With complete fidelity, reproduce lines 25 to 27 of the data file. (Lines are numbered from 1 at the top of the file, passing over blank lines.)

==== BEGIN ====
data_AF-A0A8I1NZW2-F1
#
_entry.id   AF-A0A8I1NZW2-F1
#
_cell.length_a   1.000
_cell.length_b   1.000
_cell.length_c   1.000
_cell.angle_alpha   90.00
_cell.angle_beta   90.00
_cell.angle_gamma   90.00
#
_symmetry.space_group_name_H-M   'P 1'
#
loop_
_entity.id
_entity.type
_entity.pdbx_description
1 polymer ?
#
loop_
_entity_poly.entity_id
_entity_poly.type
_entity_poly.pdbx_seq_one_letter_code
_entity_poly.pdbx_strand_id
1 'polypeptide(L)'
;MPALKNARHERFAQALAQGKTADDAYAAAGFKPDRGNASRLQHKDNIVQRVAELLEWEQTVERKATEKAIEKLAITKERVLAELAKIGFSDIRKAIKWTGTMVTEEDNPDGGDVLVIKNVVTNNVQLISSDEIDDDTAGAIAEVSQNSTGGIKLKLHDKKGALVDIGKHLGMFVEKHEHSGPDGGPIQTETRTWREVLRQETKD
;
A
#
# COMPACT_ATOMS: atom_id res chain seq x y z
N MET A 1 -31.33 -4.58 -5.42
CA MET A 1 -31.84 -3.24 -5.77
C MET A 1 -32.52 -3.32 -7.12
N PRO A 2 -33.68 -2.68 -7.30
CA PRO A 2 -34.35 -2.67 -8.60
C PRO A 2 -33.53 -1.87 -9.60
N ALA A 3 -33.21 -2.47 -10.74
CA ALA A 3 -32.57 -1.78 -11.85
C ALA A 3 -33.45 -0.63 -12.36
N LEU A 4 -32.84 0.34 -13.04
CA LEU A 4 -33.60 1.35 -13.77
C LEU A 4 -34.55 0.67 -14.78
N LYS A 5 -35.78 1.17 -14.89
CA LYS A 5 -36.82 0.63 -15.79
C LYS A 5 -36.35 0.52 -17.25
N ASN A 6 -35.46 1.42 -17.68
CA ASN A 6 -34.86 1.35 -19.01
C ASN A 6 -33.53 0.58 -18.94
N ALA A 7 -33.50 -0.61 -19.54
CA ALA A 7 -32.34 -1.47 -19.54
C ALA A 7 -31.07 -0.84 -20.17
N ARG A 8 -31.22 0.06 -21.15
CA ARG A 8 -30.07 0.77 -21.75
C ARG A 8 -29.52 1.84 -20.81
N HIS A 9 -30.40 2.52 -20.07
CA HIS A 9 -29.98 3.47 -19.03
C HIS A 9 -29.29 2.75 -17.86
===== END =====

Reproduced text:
1 'polypeptide(L)'
;MPALKNARHERFAQALAQGKTADDAYAAAGFKPDRGNASRLQHKDNIVQRVAELLEWEQTVERKATEKAIEKLAITKERVLAELAKIGFSDIRKAIKWTGTMVTEEDNPDGGDVLVIKNVVTNNVQLISSDEIDDDTAGAIAEVSQNSTGGIKLKLHDKKGALVDIGKHLGMFVEKHEHSGPDGGPIQTETRTWREVLRQETKD
;